Canadian Space Agency Lobby
With Canada's commitment to the International Space Station currently expiring in 2020, the Canadian Space Agency is starting to look at more options for space exploration. Rovers, and robotic technology following on from the famed Canadarm, are some of the ideas.
This behind-the-scenes tour of the agency in Longueuil, Que. (near Montreal) took place June 6 as part of the annual Canadian Science Writers' Association conference.
In this photo, the lobby of the Canadian Space Agency emphasizes international collaboration as well as art that looks a lot like planetary orbits.
Eyeing Artemis Jr.
Alain Ouelett, the CSA's acting director of space exploration development, explains the features of the Artemis Jr. Lunar rover prototype.
Canadian Space Experiment Communications
Researchers will sometimes communicate directly with NASA and the International Space Station in this room while performing experiments, says Ken Lord, the CSA's manager of exploration and ground infrastructure.
Testing the Juno Rover
In the CSA's "Mars Yard", the Juno lunar rover prototype performs donuts and driving under the control of Simon Rocheleau, a member of the CSA's robotics and engineering group.
Robotics Research Together
The design of CSA's robotic operations mission centre is supposed to encourage researchers to congregate in groups.
Decorative Mission Patches
Patches for Canadian space experiments and instruments are included on this array of stickers on a locker in the CSA.
Robotics On Display
An engineering model of the robotic Canadarm sits in the CSA's "high bay" of equipment behind Mario Ciaramicoli, the agency's operations manager.
Astronaut Robotics Training
All astronauts do preliminary space training for robotics in this room in the CSA. On the "wall" of this model of the U.S. Destiny station module (right) is a robotics workstation similar to what is found on the International Space Station. At left is a table with a small station model.
Canadian Robotics Mission Control
Workers perform maintenance on a mission control room at the CSA normally used during robotics work on the International Space Station.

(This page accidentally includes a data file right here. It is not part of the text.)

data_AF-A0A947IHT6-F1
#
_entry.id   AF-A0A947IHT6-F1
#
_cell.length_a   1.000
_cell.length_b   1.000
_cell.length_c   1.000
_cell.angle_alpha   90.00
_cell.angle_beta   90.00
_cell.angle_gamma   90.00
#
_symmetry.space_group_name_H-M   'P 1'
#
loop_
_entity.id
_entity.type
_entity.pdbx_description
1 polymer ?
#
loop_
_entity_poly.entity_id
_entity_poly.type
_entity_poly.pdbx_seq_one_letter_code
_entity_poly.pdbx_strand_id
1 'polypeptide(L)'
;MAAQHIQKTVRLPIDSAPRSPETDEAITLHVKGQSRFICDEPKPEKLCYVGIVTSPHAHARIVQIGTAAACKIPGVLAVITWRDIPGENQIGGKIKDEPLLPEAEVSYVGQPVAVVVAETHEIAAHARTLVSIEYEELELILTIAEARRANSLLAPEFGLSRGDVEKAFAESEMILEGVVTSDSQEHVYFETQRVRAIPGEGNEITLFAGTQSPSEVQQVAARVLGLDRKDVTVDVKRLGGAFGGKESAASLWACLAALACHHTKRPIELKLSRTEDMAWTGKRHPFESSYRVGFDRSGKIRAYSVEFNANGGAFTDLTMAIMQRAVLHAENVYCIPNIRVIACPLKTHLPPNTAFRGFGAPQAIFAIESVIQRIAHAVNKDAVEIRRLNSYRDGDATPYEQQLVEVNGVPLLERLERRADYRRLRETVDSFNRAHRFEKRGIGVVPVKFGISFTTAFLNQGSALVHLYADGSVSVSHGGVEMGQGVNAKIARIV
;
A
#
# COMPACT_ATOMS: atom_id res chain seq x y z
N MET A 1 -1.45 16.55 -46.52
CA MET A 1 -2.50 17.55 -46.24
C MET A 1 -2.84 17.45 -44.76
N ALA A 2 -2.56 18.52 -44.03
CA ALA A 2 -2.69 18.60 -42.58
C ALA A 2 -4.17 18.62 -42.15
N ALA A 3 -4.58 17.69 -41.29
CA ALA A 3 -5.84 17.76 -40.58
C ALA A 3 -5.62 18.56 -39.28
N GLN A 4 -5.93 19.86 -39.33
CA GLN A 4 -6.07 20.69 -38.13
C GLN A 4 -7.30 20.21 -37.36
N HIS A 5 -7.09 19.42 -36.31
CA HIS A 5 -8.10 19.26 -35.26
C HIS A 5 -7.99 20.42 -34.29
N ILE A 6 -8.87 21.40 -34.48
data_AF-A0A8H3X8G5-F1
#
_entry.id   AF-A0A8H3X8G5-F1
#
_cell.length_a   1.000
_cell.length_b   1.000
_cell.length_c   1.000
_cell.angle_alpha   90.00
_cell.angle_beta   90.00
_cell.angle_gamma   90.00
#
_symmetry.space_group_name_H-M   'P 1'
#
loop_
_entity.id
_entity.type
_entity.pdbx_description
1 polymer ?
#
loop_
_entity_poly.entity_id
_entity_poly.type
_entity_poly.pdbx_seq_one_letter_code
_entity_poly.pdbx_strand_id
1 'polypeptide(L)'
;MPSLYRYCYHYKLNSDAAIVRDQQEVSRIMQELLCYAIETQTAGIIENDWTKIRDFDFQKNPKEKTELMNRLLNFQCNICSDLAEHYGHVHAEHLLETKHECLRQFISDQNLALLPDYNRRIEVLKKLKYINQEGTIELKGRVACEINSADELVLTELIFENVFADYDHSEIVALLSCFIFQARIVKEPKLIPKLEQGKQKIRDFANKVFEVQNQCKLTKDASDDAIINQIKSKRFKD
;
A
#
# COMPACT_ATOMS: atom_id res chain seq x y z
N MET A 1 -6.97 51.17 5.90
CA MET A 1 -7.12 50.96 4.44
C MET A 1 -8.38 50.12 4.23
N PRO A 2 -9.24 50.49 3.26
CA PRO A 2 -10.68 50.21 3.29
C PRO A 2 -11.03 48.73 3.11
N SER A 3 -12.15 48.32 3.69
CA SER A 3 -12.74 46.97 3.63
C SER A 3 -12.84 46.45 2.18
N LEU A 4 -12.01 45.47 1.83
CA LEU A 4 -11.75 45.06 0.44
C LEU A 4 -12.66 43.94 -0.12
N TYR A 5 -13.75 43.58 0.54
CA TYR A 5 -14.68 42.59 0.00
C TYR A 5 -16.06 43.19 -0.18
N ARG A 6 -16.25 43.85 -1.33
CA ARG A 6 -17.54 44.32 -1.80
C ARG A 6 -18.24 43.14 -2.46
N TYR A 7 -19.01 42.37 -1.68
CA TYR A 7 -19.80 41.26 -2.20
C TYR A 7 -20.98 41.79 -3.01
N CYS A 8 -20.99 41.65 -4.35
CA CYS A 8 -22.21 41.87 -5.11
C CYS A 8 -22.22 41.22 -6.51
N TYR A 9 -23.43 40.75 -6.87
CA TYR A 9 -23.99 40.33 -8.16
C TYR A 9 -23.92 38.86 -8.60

Mini models of astronaut Chris Hadfield, the commander of just-completed Expedition 35, in a CSA office.
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Elizabeth Howell (she/her), Ph.D., is a staff writer in the spaceflight channel since 2022 covering diversity, education and gaming as well. She was contributing writer for Space.com for 10 years before joining full-time. Elizabeth's reporting includes multiple exclusives with the White House and Office of the Vice-President of the United States, an exclusive conversation with aspiring space tourist (and NSYNC bassist) Lance Bass, speaking several times with the International Space Station, witnessing five human spaceflight launches on two continents, flying parabolic, working inside a spacesuit, and participating in a simulated Mars mission. Her latest book, "Why Am I Taller?", is co-written with astronaut Dave Williams. Elizabeth holds a Ph.D. and M.Sc. in Space Studies from the University of North Dakota, a Bachelor of Journalism from Canada's Carleton University and a Bachelor of History from Canada's Athabasca University. Elizabeth is also a post-secondary instructor in communications and science at several institutions since 2015; her experience includes developing and teaching an astronomy course at Canada's Algonquin College (with Indigenous content as well) to more than 1,000 students since 2020. Elizabeth first got interested in space after watching the movie Apollo 13 in 1996, and still wants to be an astronaut someday. Mastodon: https://qoto.org/@howellspace